1889-1917 | VIC | War Correspondent
The only son of the longest-serving editor of The Age, Schuler volunteered to write reports and take photographs for the newspaper during the Gallipoli campaign. He documented – with evocative accounts and remarkable photography – the entire experience. Less subject to censorship than official correspondent C.E.W. Bean, he exposed flaws in the campaign, particularly the scandal of British treatment of wounded. Historian Les Carlyon considered him “a much better writer from a newspaper point of view than Bean.” Schuler later enlisted in the AIF, and died on the Western Front in 1917, aged 27.
Four journalists played leading roles in forming the indelible legend of Gallipoli in the minds of Australians. Yet it was the one who remains least known today – Phillip Schuler – whose part was the most immediately profound.
Ellis Ashmead-Bartlett, the veteran correspondent for London’s Daily Telegraph, was the first to extol in his dispatches the dash and daring of the Anzac troops after the landings of 25 April 1915.
Keith Murdoch, the later newspaper proprietor and sire of a global media dynasty, stopped briefly at Gallipoli and defied the censors to carry an explosive letter – first drafted by Ashmead-Bartlett – to British and Australian leaders that accused commanders of blundering the campaign and spurred the decision to retreat.
Charles Bean, the official Australian correspondent, landed with the first troops, stayed throughout the doomed campaign and went on devote his life to writing the epic official history of the war.
But it was Phillip Schuler’s evocative, insightful and compassionate dispatches from Gallipoli that most eloquently captured the horror and the heroism for Australian newspaper readers, and which first revealed the scandalous neglect and mistreatment of wounded Australian soldiers.
It was Schuler’s 1916 book, Australia in Arms, which was the first full published account of Australia’s role in the Dardanelles campaign. And it was Schuler’s hundreds of images from the trenches that remain Australia’s most formidable photographic archive of the era.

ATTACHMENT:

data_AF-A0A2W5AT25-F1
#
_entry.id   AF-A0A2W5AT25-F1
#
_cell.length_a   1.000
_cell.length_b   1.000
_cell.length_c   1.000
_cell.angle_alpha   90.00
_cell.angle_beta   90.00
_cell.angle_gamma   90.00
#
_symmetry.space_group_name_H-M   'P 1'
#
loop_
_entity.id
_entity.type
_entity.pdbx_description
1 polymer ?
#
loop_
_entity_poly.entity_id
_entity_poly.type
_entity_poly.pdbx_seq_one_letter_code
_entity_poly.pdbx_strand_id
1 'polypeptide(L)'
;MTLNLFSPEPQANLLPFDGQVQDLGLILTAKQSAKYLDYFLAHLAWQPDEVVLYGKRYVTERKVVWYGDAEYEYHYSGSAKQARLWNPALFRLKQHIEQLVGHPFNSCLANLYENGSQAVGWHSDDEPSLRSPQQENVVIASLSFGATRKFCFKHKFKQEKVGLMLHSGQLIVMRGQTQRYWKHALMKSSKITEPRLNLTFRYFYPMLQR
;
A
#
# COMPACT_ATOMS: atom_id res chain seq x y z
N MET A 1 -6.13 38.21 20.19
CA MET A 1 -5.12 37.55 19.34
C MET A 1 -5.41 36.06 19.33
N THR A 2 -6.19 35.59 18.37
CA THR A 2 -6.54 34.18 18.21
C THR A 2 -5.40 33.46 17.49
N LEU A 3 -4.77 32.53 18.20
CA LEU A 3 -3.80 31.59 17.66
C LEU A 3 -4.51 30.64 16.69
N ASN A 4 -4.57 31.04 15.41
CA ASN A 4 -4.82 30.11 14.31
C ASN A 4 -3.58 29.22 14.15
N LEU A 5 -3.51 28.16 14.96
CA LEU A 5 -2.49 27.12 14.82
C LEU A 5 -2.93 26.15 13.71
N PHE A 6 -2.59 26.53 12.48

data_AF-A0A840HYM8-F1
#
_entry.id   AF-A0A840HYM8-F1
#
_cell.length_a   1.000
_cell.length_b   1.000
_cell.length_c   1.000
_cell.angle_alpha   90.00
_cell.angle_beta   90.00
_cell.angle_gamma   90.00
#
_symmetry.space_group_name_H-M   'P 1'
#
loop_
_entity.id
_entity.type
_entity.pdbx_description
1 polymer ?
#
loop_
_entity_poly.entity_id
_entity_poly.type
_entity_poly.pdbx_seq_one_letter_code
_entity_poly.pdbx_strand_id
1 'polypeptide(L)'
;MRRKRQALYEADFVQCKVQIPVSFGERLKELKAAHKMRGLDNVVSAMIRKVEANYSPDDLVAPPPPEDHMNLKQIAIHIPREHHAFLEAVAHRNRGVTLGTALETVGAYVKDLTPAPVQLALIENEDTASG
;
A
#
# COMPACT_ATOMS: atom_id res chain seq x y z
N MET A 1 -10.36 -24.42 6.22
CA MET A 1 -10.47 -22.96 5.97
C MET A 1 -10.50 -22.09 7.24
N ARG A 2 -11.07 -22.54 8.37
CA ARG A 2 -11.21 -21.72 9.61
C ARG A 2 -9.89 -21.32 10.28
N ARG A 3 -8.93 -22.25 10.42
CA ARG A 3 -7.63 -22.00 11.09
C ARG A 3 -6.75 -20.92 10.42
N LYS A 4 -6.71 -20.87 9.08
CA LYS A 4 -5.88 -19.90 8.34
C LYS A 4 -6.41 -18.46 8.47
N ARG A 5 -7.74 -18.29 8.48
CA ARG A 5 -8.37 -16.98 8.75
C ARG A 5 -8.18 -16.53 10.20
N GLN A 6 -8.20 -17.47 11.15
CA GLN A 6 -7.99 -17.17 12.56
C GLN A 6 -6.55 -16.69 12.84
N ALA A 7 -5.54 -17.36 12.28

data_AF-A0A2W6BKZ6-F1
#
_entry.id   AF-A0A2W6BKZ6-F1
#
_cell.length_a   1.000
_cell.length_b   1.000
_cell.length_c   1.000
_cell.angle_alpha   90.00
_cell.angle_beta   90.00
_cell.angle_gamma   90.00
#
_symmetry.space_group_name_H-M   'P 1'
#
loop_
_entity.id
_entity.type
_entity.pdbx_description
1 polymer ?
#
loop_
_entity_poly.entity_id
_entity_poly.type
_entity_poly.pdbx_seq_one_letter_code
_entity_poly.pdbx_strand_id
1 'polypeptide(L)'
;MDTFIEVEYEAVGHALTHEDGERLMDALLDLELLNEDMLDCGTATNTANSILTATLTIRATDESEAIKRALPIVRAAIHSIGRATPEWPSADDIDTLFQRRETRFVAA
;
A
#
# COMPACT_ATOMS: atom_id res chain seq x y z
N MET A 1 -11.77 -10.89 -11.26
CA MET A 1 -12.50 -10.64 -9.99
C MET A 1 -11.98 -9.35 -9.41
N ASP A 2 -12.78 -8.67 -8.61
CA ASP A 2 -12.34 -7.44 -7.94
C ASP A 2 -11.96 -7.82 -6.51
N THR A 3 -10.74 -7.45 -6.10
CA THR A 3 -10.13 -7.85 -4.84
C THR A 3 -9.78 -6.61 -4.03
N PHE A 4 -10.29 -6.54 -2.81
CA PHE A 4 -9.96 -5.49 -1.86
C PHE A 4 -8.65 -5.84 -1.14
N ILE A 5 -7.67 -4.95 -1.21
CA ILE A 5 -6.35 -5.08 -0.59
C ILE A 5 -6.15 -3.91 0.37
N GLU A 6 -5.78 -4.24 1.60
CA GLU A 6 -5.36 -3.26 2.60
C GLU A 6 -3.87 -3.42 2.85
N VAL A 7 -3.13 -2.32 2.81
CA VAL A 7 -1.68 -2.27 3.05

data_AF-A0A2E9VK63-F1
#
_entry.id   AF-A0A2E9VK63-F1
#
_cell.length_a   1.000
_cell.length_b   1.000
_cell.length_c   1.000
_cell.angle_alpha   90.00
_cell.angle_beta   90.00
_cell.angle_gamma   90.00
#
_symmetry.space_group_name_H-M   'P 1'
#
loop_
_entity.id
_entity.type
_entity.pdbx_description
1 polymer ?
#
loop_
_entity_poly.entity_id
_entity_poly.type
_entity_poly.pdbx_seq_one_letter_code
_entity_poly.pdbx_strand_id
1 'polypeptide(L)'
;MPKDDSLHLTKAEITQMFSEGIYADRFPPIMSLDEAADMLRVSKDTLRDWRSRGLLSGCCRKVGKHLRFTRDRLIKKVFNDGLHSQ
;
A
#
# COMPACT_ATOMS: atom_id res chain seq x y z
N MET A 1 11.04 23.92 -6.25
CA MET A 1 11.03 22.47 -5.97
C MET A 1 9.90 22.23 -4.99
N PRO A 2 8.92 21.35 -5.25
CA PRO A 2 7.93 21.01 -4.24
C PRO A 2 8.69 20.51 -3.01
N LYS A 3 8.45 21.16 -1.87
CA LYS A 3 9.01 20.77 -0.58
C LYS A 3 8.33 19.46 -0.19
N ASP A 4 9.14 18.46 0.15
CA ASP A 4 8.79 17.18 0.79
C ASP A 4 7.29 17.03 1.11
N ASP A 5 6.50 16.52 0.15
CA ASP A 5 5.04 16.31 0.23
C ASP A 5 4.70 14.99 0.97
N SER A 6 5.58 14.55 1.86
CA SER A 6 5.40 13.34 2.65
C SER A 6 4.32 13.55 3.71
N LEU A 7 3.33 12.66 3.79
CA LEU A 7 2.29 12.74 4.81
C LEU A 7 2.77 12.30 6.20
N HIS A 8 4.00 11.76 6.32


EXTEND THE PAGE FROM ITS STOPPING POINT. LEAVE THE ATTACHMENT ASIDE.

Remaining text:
“He was a much better writer from a newspaper point of view than Bean, who was often very stodgy,” says Les Carlyon, author of a best-selling history of the Gallipoli campaign. “He was young and fresh and his prose was much more readable.”
Schuler was the son of then Age editor Frederick Schuler, who had migrated to Australia from Germany as a child. The younger Schuler was a popular figure on the Melbourne social and club circuit. Even as a junior reporter, he showed he had the makings of an exceptional career.
But Phillip Schuler almost didn’t make his date with history. He had been selected soon after the outbreak of war by the Cook Government to be Australia’s official correspondent along with A.B. “Banjo” Paterson. But the Cook Government was defeated in the September 1914 general election and the incoming Labour Government passed the decision on selecting the official correspondent to the newly-formed Australian Journalists Association.
A union ballot chose Bean, of The Sydney Morning Herald, for the prized role of Australia’s sole official war correspondent – and the only Australian press accreditation to join the landings at Gallipoli.
Schuler got there later, via the back door. After sailing with the first contingent, and covering the preparations in Egypt, he made his way to the Greek islands, surveyed the Turkish coast aboard a private boat hired with some British colleagues (before the adventurers were banished by the Royal Navy) and lobbied unsuccessfully for permission to go ashore on April 25.
After returning to Egypt, Schuler wrote a pleading letter to the British commander at Gallipoli, General Sir Ian Hamilton, whom he had befriended during the general’s 1914 tour to inspect Australian military forces.
Hamilton agreed to bend the rules for the young Australian. “Although I was exceeding my powers, I gladly gave him his permit,” Hamilton wrote later, saying how impressed he was with Schuler.
Before reaching Anzac Cove in late July, Schuler sent a series of dispatches from Egypt that created shockwaves back home. He described a breakdown in the provision of medical evacuation and hospital services for the wounded during the landings and the first weeks of fighting at Gallipoli that had led to hundreds of unnecessary deaths. The reports triggered official inquiries and a shake-up in medical arrangements.